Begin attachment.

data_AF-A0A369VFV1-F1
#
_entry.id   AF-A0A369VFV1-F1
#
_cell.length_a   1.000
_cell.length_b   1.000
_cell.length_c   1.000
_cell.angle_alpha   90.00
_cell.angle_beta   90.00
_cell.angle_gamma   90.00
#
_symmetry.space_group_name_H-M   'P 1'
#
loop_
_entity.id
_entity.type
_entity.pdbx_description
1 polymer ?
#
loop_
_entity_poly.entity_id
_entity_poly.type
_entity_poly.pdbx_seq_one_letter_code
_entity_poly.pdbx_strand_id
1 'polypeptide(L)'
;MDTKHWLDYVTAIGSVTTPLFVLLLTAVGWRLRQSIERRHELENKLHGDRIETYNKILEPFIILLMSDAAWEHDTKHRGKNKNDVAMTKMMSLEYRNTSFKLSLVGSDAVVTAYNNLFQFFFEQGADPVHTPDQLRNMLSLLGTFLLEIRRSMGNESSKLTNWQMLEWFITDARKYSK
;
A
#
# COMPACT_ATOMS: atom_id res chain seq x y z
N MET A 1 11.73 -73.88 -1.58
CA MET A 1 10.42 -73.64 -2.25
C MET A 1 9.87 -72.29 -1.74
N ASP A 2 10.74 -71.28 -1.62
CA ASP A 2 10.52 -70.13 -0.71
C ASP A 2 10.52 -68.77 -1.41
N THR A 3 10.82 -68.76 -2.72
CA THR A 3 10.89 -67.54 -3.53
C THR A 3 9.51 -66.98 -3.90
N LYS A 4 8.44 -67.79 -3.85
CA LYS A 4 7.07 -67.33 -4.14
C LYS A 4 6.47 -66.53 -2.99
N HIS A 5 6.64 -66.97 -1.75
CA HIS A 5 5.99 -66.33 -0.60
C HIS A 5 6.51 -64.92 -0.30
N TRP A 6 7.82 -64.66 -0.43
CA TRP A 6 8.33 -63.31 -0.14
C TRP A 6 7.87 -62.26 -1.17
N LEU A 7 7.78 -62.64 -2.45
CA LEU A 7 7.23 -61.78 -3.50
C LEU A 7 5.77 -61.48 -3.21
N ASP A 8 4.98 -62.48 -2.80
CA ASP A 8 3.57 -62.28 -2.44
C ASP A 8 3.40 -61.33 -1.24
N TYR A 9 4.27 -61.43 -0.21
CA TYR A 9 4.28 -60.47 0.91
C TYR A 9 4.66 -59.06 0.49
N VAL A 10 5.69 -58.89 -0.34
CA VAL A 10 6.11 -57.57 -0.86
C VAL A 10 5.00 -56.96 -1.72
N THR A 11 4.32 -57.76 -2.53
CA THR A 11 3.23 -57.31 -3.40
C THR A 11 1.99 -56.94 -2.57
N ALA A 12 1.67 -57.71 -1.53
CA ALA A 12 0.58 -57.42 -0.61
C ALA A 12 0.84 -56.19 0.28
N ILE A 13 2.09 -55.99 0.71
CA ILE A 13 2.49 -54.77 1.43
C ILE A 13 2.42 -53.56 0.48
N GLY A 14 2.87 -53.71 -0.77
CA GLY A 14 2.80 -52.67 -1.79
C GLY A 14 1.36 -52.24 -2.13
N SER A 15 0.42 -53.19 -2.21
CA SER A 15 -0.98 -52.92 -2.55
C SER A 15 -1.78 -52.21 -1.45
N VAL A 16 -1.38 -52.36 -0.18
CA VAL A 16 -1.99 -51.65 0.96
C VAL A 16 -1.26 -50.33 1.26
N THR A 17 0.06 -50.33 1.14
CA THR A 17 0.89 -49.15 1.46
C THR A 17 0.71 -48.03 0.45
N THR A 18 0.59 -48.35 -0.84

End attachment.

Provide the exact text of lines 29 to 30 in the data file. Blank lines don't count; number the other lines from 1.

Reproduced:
#
# COMPACT_ATOMS: atom_id res chain seq x y z